Afghanistan: The Taliban’s high-tech urban strategy

Ron Moreau and Sami Yousafzai in Newsweek:

Qari Jamal has returned safely from a reconnaissance mission in Kabul. Short, thin, and immaculately dressed, the fresh-faced 25-year-old relaxes in a house near the Afghan-Pakistan border and tells how he toured the city with his digital camera, looking like an innocent civilian as he scouted sites for future Taliban attacks. “The work is both easy and difficult,” he says. “We have to photograph and survey the area, get the exact GPS coordinates, and note the daily movements of the security forces guarding the installation, without getting caught.” Polishing his glasses on his long, spotlessly white shirttail, he mentions one of the targets he and other undercover Taliban have been casing near NATO headquarters: the Ariana Hotel—a CIA operations center, Jamal calls it. “This is a most attractive target for the fedayeen,” he says. He’s talking about suicide bombers.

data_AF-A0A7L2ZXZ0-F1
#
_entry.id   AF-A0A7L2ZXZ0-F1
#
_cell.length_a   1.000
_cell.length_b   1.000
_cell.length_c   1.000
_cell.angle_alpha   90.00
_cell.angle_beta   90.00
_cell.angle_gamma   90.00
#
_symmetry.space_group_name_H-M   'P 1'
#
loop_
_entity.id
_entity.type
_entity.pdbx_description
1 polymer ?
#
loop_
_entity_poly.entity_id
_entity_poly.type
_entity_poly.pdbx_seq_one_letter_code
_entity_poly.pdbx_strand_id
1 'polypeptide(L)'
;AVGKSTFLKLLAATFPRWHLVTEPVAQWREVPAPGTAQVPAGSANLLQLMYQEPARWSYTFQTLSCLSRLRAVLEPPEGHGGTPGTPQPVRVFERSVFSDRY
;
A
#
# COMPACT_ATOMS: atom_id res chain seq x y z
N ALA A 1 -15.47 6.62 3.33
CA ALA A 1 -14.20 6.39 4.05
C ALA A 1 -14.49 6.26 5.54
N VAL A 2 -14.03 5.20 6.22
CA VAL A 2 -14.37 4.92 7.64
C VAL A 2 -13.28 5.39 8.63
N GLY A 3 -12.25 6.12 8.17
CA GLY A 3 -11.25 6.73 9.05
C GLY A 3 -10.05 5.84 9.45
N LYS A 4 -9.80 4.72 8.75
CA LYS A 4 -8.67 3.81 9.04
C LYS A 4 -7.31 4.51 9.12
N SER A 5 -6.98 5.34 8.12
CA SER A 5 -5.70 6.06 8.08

The young Afghan belongs to a dangerous new breed of Taliban militants. He grew up in a city, not in a mud-hut village in the backcountry, and he got his education not only at a madrassa but also at a public high school in Pakistan, and then at a college where he majored in information technology. His beard is neatly trimmed, and he doesn’t even carry a gun. Instead, he says, his weapons are a MacBook computer, a clutch of mobile phones, and an array of IT gadgets, from digital cameras to webcams and GPS devices. Citified techies like him are playing an essential role in helping the guerrillas to reshape their strategy with attention-grabbing surprise assaults in places that previously were spared from the heaviest fighting. More:

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